- Constant tension from this emotional problem increases your risk of having shoulder, low back, and neck pain.
- It also can worsen the symptoms of rheumatoid arthritis.
- It increases your risk of having problems related with heart, such as hypertension (high blood pressure), atherosclerosis (a condition of hardening arteries), blood clots, arrhythmia /abnormal condition of heartbeats, heart attack, heart failure, and coronary artery disease.
- It also can worsen the symptoms of IBS /irritable bowel syndrome, duodenal & stomach ulcer, and GERD (gastro-esophageal reflux disease).
- Changes of appetite also can be triggered by stress. This then can cause weight loss or weight gain. See also the link between stress and weight gain!
- Problems of skin, such psoriasis and acne. Read also the link between stress and acne!
- It can make the symptoms of lungs problems (particularly such as COPD / chronic obstructive pulmonary disease) get worse!
These can include:
- Having excessive fear of small things.
- Difficulty concentrating – you may find yourself difficult to get your concentration on tasks.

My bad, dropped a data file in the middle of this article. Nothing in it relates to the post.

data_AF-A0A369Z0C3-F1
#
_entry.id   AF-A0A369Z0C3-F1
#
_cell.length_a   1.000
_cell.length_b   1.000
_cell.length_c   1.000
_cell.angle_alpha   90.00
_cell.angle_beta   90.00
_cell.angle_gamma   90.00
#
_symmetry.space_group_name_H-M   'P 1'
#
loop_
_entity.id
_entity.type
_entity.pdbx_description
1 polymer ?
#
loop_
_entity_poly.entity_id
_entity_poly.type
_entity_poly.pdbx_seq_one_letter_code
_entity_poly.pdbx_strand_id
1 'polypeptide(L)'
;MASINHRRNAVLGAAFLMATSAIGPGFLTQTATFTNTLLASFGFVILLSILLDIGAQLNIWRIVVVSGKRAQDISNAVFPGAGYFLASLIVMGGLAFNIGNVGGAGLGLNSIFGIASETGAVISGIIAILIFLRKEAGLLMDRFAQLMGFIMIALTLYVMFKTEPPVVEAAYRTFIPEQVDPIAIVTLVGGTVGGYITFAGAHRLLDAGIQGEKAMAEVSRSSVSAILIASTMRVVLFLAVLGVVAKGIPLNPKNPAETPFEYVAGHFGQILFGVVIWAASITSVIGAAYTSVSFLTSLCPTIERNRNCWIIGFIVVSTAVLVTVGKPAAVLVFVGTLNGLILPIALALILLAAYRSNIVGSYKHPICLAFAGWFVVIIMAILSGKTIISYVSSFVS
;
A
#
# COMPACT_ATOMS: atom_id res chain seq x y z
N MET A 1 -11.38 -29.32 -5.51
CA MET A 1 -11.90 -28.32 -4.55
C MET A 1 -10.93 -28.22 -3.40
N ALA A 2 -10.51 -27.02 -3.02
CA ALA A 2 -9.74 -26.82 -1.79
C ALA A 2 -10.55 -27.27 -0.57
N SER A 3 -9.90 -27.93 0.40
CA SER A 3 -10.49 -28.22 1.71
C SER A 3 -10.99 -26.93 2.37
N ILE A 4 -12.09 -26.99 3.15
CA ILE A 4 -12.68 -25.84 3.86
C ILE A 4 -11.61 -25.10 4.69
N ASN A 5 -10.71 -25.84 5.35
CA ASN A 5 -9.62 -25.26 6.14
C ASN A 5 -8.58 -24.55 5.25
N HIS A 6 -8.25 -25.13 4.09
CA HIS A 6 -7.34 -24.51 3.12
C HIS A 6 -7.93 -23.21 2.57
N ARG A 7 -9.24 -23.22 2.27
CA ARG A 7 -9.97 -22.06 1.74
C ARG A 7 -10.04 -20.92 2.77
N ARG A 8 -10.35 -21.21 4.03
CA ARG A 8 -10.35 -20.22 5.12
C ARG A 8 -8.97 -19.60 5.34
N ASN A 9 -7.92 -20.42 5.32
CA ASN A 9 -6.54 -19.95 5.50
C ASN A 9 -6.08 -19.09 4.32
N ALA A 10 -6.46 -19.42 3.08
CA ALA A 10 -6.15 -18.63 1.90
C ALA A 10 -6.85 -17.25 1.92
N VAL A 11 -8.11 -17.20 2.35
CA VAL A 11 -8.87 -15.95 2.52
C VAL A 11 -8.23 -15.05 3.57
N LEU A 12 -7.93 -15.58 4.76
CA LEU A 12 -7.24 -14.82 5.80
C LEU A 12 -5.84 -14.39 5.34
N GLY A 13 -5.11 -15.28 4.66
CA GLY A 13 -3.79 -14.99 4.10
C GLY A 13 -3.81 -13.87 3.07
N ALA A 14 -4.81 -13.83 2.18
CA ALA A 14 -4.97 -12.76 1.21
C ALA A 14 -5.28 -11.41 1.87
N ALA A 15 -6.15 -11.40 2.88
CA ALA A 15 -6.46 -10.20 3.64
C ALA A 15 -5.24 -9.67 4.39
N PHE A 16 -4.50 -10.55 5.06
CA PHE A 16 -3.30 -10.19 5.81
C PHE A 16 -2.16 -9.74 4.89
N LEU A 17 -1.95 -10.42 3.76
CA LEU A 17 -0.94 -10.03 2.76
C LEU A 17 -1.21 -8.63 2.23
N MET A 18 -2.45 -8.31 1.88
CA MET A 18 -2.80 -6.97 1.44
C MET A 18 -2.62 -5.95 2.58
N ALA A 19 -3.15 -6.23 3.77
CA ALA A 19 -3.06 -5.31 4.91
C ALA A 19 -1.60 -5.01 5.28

- Feel tired /jumpy all the time.
- Cannot cope with small problems. You may also feel cranky!
- You tend to get frustrated or lose your temper frequently (more often).
- Thoughts of bad things may occur more often.
- You cannot act quickly to respond certain task or situation. As a result, you may frequently feel or notice that you are missing out on things.
Uncontrolled stress in long term also can increase the risk of developing anxiety and depression. In fact, stress and depression are often found together in women.
Furthermore, the way of this emotional problem in affecting your mind is also dependent on: (a) your own personality, (b) the way of how you think to cope with the problem, (c) your experience about responding to your stress, (d), the social support that you have, and (e) your own coping strategies!